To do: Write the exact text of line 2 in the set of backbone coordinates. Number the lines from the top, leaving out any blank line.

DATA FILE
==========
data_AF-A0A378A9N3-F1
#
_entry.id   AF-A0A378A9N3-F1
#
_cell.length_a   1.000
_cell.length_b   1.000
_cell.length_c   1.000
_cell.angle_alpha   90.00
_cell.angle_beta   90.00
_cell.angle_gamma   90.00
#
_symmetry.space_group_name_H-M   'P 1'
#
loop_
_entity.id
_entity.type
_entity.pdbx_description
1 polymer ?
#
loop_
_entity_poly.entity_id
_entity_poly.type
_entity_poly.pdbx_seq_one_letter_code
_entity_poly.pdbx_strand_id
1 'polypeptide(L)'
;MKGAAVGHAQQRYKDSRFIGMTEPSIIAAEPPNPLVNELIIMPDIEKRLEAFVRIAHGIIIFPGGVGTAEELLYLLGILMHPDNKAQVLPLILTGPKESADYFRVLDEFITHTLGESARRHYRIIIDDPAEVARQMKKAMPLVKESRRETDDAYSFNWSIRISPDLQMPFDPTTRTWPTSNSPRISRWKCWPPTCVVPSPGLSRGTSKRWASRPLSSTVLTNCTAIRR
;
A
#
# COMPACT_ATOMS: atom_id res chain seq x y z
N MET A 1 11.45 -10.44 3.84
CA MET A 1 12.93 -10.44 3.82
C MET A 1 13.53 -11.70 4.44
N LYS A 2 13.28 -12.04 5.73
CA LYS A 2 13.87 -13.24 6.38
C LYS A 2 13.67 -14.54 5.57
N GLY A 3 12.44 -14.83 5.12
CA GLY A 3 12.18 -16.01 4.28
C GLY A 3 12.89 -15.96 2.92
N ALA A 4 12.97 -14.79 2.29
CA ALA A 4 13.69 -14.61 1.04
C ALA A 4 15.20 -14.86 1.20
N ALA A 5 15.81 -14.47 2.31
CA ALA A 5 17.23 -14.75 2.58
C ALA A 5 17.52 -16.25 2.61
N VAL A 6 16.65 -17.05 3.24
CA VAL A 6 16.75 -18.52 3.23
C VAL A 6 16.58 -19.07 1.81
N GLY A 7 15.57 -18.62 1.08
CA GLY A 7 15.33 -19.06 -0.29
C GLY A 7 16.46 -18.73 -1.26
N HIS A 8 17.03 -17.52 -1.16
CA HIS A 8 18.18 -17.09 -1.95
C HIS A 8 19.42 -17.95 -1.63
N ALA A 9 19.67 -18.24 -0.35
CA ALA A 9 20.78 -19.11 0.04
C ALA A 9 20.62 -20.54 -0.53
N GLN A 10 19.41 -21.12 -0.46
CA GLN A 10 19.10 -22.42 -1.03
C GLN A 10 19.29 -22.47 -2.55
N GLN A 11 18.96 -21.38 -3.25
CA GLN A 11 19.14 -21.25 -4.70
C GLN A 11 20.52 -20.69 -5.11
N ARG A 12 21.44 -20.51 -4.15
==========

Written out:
#